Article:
I chose to take a picture of this particular area as I believe it incorporated several elements which were important in portraying Kelham Island - the modern apartments, the factories and the river. I also thought this image was an accurate representation of the area during my visit, that being very quiet with few people to be seen.  If a person who was not from Sheffield i believe this image would give them a good idea of what Kelham Island was like, which in my opinion can be described as a cultural mix of historical factories and modern apartments and offices developed to be functional whilst staying true to the heritage of Sheffield. This would be a good image to show to people to give a good idea of what Sheffield looks like - a combination of old industry and new development.

The second image (Fig 2) shows a totally different scene to that of Fig 1. This is a large industrial looking building which was probably once used as some sort of factory in the past when Sheffield's steel industry was booming. Now this building lies empty and disused with windows broken and doors boarded up. Given the fact that this building is disused, the exterior (except the windows) is still in relatively good condition, presumably because these types of buildings were built to be strong and resilient. It is strange in this area how quiet it was considering when this building would have been in use, the sound coming from it and the many other factory buildings in the area would have filled the area. This is a contrasting image as it shows a totally different type of building to Fig 1. Here, it looks as if there has not been any urban regeneration whatsoever as the road is empty apart from one car, the building is disused and the pathways are old and damaged. It does not look like a particularly “run down” area, although it is clear that little if any money has been spent on this site in a long time.

If this image were to be shown to a person who was not from Sheffield it would probably serve to confirm the perception that many people have that Sheffield is still a highly industrial city with many ugly buildings. This perception of Sheffield is based on history but is now an outdated view with the amount of money that has and is currently being spent on new development in the area. This image fails to show any of the modern developments which are visible all around the city.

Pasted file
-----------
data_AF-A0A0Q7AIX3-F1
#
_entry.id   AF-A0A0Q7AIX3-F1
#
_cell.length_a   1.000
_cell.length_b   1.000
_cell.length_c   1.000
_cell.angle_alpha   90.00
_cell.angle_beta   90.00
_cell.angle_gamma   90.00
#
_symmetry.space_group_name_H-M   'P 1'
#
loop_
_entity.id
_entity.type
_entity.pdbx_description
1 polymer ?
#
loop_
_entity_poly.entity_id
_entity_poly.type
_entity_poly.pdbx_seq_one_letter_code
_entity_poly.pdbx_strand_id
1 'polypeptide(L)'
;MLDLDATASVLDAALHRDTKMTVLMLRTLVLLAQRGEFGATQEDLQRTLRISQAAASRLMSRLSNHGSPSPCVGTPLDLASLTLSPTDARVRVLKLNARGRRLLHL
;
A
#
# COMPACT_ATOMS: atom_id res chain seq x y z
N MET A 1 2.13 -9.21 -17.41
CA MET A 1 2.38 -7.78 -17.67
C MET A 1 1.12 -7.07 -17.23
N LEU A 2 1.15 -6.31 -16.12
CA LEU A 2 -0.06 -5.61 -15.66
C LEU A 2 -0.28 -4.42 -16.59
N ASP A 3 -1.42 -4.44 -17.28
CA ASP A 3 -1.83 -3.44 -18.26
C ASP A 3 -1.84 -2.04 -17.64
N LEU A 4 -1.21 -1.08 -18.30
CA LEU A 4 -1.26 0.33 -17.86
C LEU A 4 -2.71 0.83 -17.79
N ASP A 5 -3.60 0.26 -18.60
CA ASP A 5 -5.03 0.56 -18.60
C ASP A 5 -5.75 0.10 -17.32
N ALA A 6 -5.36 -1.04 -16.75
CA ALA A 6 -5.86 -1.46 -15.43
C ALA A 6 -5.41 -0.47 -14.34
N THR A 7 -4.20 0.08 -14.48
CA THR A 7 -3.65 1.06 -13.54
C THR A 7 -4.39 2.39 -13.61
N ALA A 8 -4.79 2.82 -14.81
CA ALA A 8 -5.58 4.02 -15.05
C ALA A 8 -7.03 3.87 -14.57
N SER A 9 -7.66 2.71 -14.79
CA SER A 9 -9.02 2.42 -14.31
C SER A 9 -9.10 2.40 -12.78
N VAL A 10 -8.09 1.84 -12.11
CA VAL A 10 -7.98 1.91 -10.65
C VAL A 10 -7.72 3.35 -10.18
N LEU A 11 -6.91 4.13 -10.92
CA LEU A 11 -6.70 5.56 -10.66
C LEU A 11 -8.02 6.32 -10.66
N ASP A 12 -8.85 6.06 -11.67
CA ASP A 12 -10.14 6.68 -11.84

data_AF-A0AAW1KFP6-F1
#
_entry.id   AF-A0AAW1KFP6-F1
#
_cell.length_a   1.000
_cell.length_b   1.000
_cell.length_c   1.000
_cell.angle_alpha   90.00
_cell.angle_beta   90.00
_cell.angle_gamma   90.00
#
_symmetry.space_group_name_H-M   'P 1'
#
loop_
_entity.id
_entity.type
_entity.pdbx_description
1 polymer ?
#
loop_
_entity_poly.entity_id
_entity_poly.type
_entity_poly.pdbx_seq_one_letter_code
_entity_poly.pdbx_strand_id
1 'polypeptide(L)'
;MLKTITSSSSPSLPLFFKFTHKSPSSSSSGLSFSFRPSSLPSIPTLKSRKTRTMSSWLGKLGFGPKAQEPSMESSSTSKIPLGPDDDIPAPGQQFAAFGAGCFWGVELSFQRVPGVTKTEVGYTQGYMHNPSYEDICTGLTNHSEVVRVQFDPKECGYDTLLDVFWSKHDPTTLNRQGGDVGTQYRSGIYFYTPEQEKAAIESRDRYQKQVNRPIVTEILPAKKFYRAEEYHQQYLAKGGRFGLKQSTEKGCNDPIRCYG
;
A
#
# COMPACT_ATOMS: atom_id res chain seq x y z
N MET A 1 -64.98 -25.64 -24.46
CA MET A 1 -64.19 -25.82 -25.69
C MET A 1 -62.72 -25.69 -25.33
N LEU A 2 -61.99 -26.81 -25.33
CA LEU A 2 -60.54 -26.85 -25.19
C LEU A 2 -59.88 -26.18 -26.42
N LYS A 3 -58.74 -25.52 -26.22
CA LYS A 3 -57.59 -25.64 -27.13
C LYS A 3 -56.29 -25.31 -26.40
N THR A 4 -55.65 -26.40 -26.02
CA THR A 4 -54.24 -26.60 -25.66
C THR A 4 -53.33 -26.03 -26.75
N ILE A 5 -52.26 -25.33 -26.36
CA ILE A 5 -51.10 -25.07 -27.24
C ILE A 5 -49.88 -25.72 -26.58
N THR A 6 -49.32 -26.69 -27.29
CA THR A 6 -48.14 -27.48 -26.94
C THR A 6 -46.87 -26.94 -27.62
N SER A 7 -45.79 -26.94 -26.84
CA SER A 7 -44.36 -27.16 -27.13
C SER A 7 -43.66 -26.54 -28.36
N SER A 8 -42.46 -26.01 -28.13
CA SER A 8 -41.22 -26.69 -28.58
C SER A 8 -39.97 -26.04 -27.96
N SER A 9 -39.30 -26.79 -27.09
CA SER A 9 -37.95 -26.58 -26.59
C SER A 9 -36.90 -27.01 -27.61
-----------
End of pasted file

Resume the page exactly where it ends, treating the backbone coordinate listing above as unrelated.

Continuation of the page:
GEO 151: EXERCISE 2, PART 2

In the workshop we discussed how the images we took differed from those which we were shown from the pages of tourist guides of Sheffield, local magazines and adverts for places around the city. There were many differences between these images and the photos we took our self, some of them were very obvious (such as the image itself and what it included, what activities were happening and what people were included) and others were more subtle (such as the angles the photos were taken, the time of day, the lighting, etc). We discussed the way that people would perceive these images, particularly if they had never been to Sheffield before and the impression they would get of the city based on these images.

The reason why these differences were so apparent was because of the intention of the image and what it was trying to portray. For example, the photos we took ourselves were trying to capture images of social exclusion and urban regeneration so the imagery reflected this. Although they were taken with an aim in mind they were totally natural images as they were not staged, and they were not taken with the intention of implying anything in particular- rather they were accurate representation if the things we saw on our walks which we personally felt reflected urban regeneration and social exclusion.

The difference between this and the images we were shown is that most of these had some sort of intention. Those that were on printed materials from organisations such as the Sheffield City Council and Travel South Yorkshire were obviously aimed at attracting tourists to the area.  They were taken by people who are looking to give a good impression of Sheffield and their target audience would be those people who may never have visited Sheffield before and wanted to find out more before they decided to visit. These images focused mainly on either the new, vibrant, modern developments in Sheffield such as the millennium galleries; or the beautiful rugged countryside of Sheffield's surrounding areas such as the peak district. The images looked as if they could have been digitally altered to make colours appear more vibrant for example and to give the impression of Sheffield being a clean, modern city - which it is in certain areas, but chose not to portray the more deprived areas of Sheffield such as those from the photos we took ourselves.